inSCIde the spotlight: Professor Annelies Bronckaers Oct 29, 2018
Prof. dr. Annelies BRONCKAERS
Every two seconds, someone on this planet will face the terrible consequences of having a stroke. Today on ‘World Stroke Day’ we ask ourselves the question: What do we actually know about stroke? What is its impact on our society? And what are scientists researching this condition up to?
UNDER THE RADAR
“Everything can change at any moment, suddenly and forever” – Paul Auster.
Every year new professors start their academic journey at Hasselt University. In ‘inSCIde the Spotlight’ we want to showcase their hopes, dreams and especially research to the world. Today on ‘World Stroke Day’ we aim our inSCIght spotlight at professor Annelies Bronckaers.
“We can define a stroke as a condition where the blood supply to the brain gets disrupted. This results in oxygen starvation, brain damage and a loss of function. Up to 80 % of the cases are caused by the blockage of an artery that supplies blood to our brain, a situation known as ischemia. The other cases are the result of a blood vessel bursting, causing the sudden leakage of blood into the brain. This is called a hemorrhage.”
The outcome is poor. It is the second leading cause of death worldwide, taking a life every five seconds. Those who survive have more than 50 % change of leaving the hospital with a disability. "Stroke causes more disabilities than any other known disease. And the future is not looking bright either. By 2035 the number of worldwide stroke-related illness, disability and early death is set to double, reaching epidemic proportions."
Yet despite these numbers and prospects, the amount of exposure and research conducted within this field is far lower than that of cancer, coronary heart diseases or other neurodegenerative disorders. Fortunately, there are those who try to make a much-needed impact within this field like Prof. Bronckaers.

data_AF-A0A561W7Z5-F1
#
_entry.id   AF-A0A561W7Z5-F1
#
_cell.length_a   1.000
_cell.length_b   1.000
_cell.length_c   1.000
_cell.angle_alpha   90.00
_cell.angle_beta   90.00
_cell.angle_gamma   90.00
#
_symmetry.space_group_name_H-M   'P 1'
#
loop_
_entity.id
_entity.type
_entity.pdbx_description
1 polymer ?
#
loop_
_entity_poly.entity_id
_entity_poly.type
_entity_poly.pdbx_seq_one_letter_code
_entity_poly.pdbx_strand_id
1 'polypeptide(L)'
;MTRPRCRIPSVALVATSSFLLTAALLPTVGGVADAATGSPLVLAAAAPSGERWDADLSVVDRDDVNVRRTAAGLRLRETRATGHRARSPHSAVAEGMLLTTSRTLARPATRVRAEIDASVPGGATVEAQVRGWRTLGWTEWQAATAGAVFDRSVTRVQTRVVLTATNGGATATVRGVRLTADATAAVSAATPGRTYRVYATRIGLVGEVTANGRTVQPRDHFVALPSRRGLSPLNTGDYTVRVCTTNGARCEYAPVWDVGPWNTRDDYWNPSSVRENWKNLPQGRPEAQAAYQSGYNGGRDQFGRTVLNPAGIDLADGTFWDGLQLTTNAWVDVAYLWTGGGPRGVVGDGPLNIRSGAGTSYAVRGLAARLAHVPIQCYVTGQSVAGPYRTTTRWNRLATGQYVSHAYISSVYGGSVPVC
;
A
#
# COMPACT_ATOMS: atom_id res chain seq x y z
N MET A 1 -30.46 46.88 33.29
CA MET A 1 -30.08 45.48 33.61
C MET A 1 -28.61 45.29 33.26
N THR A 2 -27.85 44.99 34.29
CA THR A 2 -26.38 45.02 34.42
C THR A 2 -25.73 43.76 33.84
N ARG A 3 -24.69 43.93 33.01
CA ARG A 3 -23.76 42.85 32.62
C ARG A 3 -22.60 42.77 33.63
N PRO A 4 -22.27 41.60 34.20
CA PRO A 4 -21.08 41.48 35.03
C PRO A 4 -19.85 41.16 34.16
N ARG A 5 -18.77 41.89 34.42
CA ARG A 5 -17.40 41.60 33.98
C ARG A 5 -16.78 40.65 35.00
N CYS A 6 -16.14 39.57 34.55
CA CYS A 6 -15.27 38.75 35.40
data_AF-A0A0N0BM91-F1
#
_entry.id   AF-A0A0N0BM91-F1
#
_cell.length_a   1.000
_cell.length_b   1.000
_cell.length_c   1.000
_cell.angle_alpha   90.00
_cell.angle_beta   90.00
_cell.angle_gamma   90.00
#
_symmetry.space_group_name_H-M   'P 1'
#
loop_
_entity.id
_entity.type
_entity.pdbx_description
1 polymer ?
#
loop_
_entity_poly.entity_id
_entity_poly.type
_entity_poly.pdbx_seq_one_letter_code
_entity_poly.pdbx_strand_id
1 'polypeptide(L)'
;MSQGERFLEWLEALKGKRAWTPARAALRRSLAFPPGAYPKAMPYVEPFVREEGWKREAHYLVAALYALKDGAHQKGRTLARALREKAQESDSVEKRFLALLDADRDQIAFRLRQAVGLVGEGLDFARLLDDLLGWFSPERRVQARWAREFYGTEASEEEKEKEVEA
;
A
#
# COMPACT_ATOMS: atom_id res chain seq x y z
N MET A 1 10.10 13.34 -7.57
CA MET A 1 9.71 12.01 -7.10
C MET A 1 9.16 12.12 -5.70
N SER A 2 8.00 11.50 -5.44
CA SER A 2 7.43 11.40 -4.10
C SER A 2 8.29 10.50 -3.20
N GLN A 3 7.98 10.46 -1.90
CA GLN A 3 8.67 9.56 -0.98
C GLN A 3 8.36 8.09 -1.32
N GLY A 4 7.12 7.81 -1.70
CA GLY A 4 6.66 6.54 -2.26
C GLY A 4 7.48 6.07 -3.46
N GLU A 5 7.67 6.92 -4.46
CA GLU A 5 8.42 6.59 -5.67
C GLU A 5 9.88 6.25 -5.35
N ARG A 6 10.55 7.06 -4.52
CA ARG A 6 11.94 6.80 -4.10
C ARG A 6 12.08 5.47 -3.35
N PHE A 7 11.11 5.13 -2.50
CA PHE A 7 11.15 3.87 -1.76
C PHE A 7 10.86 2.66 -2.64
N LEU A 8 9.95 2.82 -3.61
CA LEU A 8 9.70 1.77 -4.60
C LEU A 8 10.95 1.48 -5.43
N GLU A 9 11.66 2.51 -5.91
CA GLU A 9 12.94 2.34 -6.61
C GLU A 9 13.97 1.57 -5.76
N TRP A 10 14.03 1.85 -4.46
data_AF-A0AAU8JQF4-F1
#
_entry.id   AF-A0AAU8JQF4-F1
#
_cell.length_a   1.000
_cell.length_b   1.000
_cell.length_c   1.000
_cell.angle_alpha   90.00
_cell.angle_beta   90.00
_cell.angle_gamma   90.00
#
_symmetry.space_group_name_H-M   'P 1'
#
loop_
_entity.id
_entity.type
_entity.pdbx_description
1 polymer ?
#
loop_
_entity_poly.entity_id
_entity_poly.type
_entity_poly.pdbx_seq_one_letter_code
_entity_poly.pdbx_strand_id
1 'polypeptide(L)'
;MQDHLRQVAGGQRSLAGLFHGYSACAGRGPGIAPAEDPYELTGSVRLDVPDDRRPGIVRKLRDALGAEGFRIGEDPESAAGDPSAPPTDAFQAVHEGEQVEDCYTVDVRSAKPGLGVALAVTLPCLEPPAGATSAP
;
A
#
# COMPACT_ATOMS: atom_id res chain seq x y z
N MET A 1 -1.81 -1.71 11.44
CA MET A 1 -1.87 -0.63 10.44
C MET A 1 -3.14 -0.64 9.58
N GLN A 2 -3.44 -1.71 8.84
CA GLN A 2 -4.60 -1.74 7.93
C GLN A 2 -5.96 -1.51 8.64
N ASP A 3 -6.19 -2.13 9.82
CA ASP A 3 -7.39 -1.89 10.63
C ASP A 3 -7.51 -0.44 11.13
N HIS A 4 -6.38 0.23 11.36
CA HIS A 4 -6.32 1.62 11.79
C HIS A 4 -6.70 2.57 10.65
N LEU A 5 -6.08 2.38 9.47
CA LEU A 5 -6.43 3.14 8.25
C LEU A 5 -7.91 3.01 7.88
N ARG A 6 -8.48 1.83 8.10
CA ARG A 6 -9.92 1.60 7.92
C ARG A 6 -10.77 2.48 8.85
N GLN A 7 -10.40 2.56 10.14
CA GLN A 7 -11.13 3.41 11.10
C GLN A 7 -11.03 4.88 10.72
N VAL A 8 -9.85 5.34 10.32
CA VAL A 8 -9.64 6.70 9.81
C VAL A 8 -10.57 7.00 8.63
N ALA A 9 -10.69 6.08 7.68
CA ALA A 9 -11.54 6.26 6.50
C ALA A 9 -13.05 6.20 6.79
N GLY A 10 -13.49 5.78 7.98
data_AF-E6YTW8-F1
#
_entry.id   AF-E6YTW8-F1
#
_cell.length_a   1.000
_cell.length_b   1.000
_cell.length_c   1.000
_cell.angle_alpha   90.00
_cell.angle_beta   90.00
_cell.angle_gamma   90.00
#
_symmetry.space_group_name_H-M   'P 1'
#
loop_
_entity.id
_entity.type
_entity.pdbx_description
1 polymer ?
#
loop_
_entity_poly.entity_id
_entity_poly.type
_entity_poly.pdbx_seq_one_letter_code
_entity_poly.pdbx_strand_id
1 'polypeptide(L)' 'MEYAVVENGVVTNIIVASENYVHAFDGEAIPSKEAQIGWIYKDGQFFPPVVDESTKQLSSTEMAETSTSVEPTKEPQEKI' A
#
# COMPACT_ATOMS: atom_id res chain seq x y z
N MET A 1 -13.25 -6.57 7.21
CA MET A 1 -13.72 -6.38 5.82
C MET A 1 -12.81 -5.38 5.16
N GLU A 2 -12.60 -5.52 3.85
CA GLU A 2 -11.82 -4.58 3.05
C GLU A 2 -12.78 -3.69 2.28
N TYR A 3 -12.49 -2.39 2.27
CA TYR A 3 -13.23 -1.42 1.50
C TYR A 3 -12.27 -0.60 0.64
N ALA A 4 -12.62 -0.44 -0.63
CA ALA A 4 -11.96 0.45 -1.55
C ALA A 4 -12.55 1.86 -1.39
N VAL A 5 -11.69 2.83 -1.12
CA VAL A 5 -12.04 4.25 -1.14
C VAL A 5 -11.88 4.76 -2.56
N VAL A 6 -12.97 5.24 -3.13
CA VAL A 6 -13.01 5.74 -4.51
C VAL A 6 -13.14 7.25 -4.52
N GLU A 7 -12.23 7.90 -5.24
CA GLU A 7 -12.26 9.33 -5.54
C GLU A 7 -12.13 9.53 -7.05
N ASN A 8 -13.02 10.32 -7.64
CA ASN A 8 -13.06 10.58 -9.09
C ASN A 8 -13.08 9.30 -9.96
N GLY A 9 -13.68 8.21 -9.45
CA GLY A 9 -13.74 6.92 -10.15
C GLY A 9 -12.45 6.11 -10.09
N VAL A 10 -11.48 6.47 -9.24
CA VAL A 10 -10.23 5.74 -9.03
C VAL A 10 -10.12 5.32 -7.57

A STEM CELL REVOLUTION
“During my Ph.D. I worked in cancer research. My goal was to stop angiogenesis, the formation of blood vessels, in order to prevent the growth and spreading of cancer within our body. However, now my objective has turned a full 180 degrees, as I want to use the angiogenesis process to stop the effects of ischemic stroke.”
In order to achieve this, Prof. Bronckaers uses a very unique approach that holds a lot of potential. “In our lab we use dental stem cells as a therapy strategy in order to counter the long-term consequences of a stroke. We use these cells, unmodified as well as genetically modified, to guide the neural stem cells that are already inside our brain to the damaged areas through neurotropic factors."
"These neurotrophic factors are biomolecules that support the growth, migration, survival and differentiation of neural stem cells and neurons. There is still much to learn about the neurotrofic abilities of dental stem cells, but the results are already exciting. I sometimes get caught cheering in the lab with my Ph.D. students when we make a breakthrough.”
THE ATTRACTIVENESS OF MAGNETISM
However, this is not the only solution that Prof. Bronckaers is working on. On top of her dental stem cell approach she is looking at the short-term use of low-frequency electromagnetic stimulation on the progression of a stroke by stimulating angiogenesis.
"The strength of the magnetic field used is much lower than for example that of an MRI. The main advantage of this technique is that it doesn’t require specialized personnel to operate and is a lot cheaper than the currently used therapy strategy, namely tissue plasminogen activator (TPA), which is a protein that can break down blood clots. Currently we are investigating what the exact molecular mechanism of this technique is.“
“I really hope that stroke will get more exposure in the future and that more people will join our research efforts within this field. In the end, my dream is to work together with pharmaceutical firms and physicians to develop a new working therapy for stroke. If I ever get to make a real impact on people’s life, my goal in life will be achieved.”
These projects are supported by the Biomedical Research Institute (BIOMED) of Hasselt University. The projects are executed in collaboration with Yörg Dillen (UHasselt), Greet Merckx (UHasselt), Hannelore Kemps (UHasselt), dr. Esther Wolfs (UHasselt), Prof. R. Lemmens (KULeuven-VIB), Prof. U. Himmelreich (KULeuven), Prof. I. Lambrichts (UHasselt), Prof. L. Perez (CNEA, Cuba) and Prof. B. Brône (UHasselt). Funding is provided by FWO (small research grant 1522518N and Ph.D. fellowship of Yörg Dillen) and Special Research Fund (BOF) of Hasselt University (BOF18NI06).